by Jacob

Obligation: A Character’s Driving Force

Back in January, the IdDM posted an article about Increasing Immersion using Obligation.  In it he talks about how the Star Wars: Edge of the Empire’s Obligation system can be really useful for increasing immersion into your character and the story.  

This article is largely a plug for you to go to his site, since he’s a great RPG blogger, but I’m going to give a quick overview as well, along with a couple of good ways to try and implement it into a few different systems.

Obligation

Obligation comes from owing something to someone, whether it is truly owed or the character just feels like they owe it.  I’ll give a couple of examples, most of which are from Star Wars:

Han Solo has an obligation to Jabba the Hutt. He owes Jabba quite a decent sum of money.  That drives his actions a fair bit throughout the original trilogy, indirectly explaining why he had to become such a good pilot (running from the law teaches you a few things; running from Jabba can teach you quite a bit, too). It ends up creating the entire opening of Return of the Jedi as well.

Chewbacca has a life debt with Han, although I wouldn’t be surprised if he had ‘paid’ that off in full by now.  But he still likely feels obligated to keep Han safe out of friendship and an overly large sense of honor involved in the life debt.

Luke’s obligation might not be so easy to pick out.  I would say that Luke’s obligation is to his ‘promise’ to Obiwan to be a jedi.  Obiwan sacrificed his life for Luke, so now Luke feels obligated to continue his training and overthrow the Empire.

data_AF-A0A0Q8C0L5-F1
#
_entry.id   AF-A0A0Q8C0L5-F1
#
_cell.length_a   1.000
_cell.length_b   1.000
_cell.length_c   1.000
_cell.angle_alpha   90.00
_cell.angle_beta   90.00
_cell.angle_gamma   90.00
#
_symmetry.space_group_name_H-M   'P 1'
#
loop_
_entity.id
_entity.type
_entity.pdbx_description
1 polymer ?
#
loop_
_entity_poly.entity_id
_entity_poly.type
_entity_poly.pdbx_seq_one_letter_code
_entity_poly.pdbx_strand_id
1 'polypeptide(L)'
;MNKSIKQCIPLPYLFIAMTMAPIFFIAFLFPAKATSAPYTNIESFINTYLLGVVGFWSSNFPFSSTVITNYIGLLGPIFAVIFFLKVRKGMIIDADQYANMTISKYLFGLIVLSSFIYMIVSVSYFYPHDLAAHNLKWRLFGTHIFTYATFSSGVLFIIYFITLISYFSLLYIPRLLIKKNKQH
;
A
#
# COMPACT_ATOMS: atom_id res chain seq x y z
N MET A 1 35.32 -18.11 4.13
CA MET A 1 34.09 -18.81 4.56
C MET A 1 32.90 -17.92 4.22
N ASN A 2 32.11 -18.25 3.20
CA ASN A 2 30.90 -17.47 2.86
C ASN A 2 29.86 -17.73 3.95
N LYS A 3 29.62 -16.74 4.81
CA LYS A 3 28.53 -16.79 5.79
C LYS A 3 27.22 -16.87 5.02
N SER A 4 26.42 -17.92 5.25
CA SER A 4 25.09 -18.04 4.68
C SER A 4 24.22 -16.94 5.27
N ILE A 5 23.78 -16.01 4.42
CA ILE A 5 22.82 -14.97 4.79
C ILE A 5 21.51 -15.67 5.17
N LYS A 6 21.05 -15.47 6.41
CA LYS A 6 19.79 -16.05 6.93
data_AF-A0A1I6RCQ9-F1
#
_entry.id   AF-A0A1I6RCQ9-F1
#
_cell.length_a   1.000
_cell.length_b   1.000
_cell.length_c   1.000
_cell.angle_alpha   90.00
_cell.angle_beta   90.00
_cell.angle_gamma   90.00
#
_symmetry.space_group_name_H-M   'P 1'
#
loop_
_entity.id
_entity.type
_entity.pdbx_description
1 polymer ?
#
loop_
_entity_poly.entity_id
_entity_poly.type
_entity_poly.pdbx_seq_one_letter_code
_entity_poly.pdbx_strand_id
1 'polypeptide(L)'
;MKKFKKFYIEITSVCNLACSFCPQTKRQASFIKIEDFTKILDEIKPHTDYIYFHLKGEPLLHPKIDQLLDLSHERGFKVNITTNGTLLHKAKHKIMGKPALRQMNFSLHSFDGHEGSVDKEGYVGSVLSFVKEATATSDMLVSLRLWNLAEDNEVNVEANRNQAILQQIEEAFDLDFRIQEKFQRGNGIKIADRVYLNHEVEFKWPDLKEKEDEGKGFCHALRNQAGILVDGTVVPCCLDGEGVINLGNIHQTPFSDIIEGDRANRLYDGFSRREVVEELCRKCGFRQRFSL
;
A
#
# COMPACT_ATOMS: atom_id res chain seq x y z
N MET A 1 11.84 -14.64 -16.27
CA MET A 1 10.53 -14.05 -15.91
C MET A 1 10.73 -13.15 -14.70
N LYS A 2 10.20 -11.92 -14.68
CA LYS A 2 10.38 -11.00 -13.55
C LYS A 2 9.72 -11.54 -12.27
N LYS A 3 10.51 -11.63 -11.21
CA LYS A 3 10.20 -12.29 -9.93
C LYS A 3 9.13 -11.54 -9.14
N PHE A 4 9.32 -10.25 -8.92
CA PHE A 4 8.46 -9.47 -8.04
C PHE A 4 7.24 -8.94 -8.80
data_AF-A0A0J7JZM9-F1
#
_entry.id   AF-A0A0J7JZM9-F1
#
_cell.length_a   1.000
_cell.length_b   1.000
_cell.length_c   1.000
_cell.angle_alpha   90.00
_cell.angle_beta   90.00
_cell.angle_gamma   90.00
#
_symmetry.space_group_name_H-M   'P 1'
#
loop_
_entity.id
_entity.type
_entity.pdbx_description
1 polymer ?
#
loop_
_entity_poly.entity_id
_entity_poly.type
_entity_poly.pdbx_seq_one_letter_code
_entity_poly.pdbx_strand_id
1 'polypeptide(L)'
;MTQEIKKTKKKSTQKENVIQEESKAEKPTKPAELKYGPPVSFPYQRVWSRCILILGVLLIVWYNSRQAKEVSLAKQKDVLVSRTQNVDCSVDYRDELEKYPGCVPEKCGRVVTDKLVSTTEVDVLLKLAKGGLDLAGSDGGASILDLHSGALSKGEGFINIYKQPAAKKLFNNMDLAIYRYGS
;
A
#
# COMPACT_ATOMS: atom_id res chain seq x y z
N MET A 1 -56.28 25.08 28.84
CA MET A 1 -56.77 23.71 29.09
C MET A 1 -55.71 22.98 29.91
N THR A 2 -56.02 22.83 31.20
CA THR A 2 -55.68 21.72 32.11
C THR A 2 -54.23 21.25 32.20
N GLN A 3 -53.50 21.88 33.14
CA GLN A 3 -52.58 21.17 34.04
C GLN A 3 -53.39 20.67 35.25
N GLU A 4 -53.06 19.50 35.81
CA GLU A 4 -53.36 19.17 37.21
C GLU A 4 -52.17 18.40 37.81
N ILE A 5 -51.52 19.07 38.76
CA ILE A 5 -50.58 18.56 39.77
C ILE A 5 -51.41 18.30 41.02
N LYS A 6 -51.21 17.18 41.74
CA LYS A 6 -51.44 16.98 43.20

My last example is the voodoo guy in the Princess and the Frog.  He has debts to pay to his “friends on the other side”.  These debts drive him to be more desperate about his dealings.  In the end, though, those debts get the better of him (of course, since he’s the bad guy).

Adding Obligation to Other Systems

Personally, I think adding Obligation will be one of the easiest systems to add it to.  You simply (as a player)make your character’s Trouble into an Obligation or else (as the GM), make it so that every character has an Obligation Aspect. The mechanics of Aspects take care of the usefulness of the Obligation on its own.

Dungeon World would probably work best if you use it like Alignment or Bonds, gaining an experience point at the end of the session for taking a step to fulfill your Obligation.

You could also get a simple bonus like giving a +1 bonus towards actions that involve fulfilling your Obligation.

13th Age would likely be best served with the +1 bonus mentioned for Dungeon World.

Outro

Let me know what you think; has obligation helped in your games?

 





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